Dublin - A long-awaited report into child abuse in Ireland has found that until the 1970s sexual abuse was "endemic" in boys' institutions run by religious orders, Irish media reported Wednesday. The report published by the Child Abuse Commission states that sexual abuse of boys in the Artane Industrial School in the Dublin suburbs and Letterfrack in the west of Ireland was a chronic problem.
Abuse was also "chronic" in institutions where girls were placed under the care of the state, according to report published by the Child Abuse Commission.
The commission, which was set up a decade ago by the government to investigate abuse, examined over 100 institutions and industrial schools, chiefly run by religious orders and the Department of Education.
The commission received thousands of complaints of emotional, physical and sexual trauma inflicted on children by Catholic priests, brothers and nuns who ran the industrial schools until they were closed in the 1960s and '70s.
The advocacy organization, Irish Survivors of Child Abuse, welcomed the report which comes after a long wait for "the victims of the cruel industrial school system operated by Catholic religious orders and the Department of Education."
The report said the Catholic Christian Brothers Order was "defensive" in the way it responded to complaints and claims the order fails to accept any congregational responsibility for such abuse, Ireland's national broadcaster RTE reported.
More allegations were made against the Christian Brothers than all of the other male orders combined. According to the report, physical punishment in Artane, run by the order, was "excessive" and children "constantly felt under threat and were fearful."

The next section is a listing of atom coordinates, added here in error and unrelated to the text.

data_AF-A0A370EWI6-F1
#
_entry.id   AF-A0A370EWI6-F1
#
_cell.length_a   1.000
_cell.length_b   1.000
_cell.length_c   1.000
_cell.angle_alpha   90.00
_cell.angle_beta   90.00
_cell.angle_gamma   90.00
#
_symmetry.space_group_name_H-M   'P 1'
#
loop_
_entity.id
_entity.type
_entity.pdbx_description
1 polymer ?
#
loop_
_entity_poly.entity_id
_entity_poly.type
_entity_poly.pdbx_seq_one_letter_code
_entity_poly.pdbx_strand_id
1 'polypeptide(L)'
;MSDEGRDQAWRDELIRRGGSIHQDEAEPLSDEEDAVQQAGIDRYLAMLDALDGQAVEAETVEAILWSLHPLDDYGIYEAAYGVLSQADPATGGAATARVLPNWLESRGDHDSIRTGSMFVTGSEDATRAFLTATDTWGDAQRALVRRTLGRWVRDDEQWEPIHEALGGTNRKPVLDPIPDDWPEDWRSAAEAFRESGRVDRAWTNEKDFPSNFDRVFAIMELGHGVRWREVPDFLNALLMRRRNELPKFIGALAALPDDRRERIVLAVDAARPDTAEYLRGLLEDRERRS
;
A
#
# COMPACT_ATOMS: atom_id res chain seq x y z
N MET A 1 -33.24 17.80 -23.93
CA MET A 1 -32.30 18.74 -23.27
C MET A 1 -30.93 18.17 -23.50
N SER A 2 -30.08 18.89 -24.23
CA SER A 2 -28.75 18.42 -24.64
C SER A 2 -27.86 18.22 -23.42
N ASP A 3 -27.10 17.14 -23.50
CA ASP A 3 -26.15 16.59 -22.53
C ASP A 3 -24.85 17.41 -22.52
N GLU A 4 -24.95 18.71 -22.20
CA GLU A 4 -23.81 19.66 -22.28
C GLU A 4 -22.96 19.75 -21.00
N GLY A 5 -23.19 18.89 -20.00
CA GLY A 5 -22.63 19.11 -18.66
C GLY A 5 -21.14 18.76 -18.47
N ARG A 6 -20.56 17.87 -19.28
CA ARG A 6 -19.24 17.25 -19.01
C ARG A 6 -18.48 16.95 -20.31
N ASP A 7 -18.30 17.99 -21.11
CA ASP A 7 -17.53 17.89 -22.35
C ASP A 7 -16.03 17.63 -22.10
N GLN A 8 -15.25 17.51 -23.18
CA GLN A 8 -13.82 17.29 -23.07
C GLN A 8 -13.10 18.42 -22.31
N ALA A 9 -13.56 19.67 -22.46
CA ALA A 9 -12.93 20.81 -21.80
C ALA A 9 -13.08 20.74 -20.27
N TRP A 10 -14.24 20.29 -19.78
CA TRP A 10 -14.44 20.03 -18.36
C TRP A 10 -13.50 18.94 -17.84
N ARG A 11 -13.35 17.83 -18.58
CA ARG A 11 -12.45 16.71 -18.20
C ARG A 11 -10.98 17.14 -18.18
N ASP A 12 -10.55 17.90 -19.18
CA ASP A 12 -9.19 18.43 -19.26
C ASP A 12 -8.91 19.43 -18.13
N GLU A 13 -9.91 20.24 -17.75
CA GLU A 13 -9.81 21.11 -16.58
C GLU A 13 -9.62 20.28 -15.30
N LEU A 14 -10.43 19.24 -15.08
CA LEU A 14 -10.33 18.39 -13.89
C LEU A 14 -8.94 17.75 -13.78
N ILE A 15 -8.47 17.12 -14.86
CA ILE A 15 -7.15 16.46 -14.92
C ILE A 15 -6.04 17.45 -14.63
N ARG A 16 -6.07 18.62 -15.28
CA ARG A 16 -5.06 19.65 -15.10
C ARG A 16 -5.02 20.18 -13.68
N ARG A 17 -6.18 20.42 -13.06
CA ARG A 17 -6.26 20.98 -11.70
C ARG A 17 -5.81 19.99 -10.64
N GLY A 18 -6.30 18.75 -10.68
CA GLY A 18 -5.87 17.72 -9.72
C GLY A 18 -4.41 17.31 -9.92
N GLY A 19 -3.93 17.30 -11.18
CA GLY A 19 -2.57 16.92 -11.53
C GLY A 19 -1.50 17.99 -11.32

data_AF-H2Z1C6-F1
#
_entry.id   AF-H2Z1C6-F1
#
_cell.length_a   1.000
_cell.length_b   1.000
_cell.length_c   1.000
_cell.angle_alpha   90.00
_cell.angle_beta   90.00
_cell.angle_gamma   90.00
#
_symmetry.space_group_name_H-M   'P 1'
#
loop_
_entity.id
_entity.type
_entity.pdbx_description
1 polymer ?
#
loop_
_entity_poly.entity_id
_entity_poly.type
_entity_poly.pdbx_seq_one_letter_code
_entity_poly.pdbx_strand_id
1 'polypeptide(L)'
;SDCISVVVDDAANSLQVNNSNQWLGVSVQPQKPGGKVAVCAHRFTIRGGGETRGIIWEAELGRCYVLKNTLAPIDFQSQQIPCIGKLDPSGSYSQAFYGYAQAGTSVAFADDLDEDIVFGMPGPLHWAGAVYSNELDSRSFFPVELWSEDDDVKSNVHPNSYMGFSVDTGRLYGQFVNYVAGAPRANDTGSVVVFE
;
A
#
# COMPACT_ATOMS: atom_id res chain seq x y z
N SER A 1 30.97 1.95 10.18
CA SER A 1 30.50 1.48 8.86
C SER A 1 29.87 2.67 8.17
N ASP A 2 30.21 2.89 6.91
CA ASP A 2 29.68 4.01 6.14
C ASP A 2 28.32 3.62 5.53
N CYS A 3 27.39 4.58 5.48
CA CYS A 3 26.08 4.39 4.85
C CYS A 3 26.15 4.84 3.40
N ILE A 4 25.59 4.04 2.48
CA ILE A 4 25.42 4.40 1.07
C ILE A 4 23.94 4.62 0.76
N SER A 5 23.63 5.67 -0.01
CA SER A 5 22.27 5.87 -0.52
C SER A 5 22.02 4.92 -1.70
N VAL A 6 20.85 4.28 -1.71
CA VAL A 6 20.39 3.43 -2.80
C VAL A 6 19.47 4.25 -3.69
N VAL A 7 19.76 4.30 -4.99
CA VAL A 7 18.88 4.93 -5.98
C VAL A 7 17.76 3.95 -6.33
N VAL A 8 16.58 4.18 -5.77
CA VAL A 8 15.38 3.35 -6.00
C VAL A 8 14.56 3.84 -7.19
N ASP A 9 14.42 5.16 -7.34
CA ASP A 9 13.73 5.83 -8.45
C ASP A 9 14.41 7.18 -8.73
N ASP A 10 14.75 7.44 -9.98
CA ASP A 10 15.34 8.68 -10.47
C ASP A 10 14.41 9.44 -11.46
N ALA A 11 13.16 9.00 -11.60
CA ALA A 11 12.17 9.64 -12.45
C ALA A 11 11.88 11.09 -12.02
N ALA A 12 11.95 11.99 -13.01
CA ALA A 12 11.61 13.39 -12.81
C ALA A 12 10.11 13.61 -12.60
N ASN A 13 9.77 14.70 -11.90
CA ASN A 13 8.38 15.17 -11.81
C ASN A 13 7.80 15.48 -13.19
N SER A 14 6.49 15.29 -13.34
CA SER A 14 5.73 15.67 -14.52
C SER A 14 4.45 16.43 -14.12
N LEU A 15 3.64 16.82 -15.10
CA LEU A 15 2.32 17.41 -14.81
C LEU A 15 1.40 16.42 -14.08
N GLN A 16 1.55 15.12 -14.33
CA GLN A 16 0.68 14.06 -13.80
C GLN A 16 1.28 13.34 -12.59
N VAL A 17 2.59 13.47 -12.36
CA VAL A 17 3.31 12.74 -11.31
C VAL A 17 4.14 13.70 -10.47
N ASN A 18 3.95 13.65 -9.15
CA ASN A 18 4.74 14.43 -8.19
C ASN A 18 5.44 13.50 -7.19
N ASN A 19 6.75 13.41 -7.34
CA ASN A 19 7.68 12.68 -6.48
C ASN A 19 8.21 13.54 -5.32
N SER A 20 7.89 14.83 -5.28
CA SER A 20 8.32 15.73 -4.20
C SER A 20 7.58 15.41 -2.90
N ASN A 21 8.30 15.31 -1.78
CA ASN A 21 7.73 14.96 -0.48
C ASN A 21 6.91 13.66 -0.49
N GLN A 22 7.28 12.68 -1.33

Letterfrack, the report says, was an inhospitable, bleak, isolated institution in which physical punishment was "severe, excessive and pervasive."
For two thirds of the period investigated at Letterfrack, there was at least one sexual abuser present, according to the report. Two abusers were present there for 14 years and the congregation offered no explanation of how they remained there undetected and unreported for so long.
The report describes how at St Joseph's Industrial School in Tralee, also in the south-west, a brother terrorized children for more than seven years after being moved there from a day school where his violence towards children was causing severe problems with parents.
Industrial schools were set up in Ireland in the 1860s, supposedly to care for orphaned or neglected children, but were often used as dumping grounds for so-called wayward boys as well as girls who became pregnant outside marriage.
The inquiry, believed to have cost some 70 million euros (95.58 million dollars), was announced in 1999 by then Prime Minister Bertie Ahern, who apologized to the victims of abuse.
The apology followed revelations made in States of Fear, a documentary series made by the national broadcaster RTE on the abuse suffered by children throughout the childcare system up until the 1970s and 80s.
The commission's interim report, published in 2003, described the abuse and neglect endured by boys in the Catholic-run Baltimore Industrial School over 60 years ago in the south-west of the country.
Hundreds of those interviewed described "being beaten on every part of their body" and many said "beatings were administered in public" and that "they were sometimes made to remove all their clothing" for public beatings, the Irish Times newspaper reported.
In 2003, it was revealed that the Christian Brothers' internal files in Rome showed that 30 brothers had sexually abused in its industrial schools in Ireland.
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